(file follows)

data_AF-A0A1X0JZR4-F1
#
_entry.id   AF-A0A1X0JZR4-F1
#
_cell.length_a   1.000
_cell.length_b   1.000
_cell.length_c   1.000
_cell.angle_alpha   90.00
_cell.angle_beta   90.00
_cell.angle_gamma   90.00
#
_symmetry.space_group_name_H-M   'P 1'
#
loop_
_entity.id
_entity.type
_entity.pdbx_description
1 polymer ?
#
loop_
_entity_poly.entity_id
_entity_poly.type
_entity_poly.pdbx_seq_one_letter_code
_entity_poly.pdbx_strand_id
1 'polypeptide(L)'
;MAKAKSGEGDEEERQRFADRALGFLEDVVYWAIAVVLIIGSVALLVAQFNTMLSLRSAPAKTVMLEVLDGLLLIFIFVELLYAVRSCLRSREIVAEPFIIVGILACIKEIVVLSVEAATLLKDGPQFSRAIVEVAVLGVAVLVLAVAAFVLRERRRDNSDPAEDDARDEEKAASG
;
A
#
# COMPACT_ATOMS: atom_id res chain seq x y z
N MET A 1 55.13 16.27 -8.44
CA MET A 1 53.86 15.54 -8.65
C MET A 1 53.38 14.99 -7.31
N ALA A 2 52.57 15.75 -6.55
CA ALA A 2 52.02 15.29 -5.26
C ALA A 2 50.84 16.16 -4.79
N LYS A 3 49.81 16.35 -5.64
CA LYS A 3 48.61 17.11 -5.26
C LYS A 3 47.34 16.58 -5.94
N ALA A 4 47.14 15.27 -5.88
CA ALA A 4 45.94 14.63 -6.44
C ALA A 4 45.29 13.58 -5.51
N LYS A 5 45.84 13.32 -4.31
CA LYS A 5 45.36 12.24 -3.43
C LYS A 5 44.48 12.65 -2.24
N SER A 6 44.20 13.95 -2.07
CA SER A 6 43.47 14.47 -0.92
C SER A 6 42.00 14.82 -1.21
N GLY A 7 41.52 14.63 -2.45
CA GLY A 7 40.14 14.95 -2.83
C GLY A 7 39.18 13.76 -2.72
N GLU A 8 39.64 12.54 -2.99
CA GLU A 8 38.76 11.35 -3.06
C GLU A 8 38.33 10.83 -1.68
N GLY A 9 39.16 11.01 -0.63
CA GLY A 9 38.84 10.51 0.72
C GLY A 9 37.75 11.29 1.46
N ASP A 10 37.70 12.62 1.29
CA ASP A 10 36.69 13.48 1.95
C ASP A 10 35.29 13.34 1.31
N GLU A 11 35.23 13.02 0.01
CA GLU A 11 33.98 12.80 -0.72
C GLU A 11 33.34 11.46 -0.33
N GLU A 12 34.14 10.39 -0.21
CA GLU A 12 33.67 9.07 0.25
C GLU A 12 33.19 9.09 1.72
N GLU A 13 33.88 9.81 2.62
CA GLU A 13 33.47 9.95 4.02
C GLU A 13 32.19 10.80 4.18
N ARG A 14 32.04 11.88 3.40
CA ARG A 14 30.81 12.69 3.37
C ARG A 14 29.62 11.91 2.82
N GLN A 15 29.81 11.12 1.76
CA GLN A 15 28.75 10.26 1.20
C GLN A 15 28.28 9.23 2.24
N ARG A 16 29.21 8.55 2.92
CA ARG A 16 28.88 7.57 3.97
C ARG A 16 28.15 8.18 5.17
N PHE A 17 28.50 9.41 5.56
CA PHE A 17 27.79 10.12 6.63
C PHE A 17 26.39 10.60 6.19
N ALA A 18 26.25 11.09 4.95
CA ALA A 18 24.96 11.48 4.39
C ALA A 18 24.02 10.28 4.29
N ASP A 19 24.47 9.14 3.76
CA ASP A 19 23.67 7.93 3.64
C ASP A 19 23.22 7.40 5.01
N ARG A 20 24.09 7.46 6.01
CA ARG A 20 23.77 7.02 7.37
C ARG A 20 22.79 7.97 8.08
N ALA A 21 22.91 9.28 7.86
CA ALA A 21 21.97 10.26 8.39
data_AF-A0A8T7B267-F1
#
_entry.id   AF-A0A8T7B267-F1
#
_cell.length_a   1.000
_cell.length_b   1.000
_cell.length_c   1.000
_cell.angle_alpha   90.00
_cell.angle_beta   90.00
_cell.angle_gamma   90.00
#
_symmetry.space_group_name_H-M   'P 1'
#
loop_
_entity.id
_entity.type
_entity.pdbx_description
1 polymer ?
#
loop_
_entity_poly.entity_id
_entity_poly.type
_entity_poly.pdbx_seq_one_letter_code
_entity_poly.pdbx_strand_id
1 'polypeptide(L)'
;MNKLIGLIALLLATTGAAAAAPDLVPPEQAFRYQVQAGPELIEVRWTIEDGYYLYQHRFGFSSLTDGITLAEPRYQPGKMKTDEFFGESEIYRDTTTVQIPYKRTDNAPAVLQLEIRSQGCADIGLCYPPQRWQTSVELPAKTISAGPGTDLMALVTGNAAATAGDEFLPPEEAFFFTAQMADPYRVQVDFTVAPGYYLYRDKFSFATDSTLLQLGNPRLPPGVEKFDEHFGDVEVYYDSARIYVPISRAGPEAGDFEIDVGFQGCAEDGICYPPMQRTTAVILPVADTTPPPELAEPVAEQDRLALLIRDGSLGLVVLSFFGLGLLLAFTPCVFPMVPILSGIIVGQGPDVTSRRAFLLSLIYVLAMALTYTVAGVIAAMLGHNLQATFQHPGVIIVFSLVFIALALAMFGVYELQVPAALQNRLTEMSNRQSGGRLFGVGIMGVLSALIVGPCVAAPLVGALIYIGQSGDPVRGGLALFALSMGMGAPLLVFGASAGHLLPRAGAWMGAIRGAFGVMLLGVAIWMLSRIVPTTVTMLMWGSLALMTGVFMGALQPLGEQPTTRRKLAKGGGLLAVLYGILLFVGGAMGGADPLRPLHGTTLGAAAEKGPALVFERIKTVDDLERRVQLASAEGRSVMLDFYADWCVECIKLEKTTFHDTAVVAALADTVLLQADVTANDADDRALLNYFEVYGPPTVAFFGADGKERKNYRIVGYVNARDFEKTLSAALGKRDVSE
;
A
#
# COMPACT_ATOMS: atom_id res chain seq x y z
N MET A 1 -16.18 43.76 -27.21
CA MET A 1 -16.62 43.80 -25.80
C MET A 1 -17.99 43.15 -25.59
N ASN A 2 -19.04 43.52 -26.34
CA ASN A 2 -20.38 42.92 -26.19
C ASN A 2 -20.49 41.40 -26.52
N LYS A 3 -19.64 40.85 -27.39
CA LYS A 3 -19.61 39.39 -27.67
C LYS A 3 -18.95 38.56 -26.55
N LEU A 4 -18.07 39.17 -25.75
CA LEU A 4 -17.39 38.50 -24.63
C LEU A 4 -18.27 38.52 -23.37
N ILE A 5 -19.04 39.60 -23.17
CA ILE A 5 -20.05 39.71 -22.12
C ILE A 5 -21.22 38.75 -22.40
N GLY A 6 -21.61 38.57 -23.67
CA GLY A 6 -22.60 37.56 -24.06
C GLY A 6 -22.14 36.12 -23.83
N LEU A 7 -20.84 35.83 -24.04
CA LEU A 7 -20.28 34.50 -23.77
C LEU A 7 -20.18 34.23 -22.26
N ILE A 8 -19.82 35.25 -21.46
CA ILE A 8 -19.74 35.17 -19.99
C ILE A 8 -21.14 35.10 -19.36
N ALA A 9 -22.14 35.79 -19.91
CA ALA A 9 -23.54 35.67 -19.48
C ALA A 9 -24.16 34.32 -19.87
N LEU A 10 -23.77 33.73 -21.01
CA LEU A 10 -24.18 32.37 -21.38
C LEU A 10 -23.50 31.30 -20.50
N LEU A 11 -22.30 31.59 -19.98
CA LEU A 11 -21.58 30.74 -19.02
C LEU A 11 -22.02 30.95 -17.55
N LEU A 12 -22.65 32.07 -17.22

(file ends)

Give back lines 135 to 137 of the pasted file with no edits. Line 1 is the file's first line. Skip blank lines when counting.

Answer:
N ILE A 5 -19.04 39.60 -23.17
CA ILE A 5 -20.05 39.71 -22.12
C ILE A 5 -21.22 38.75 -22.40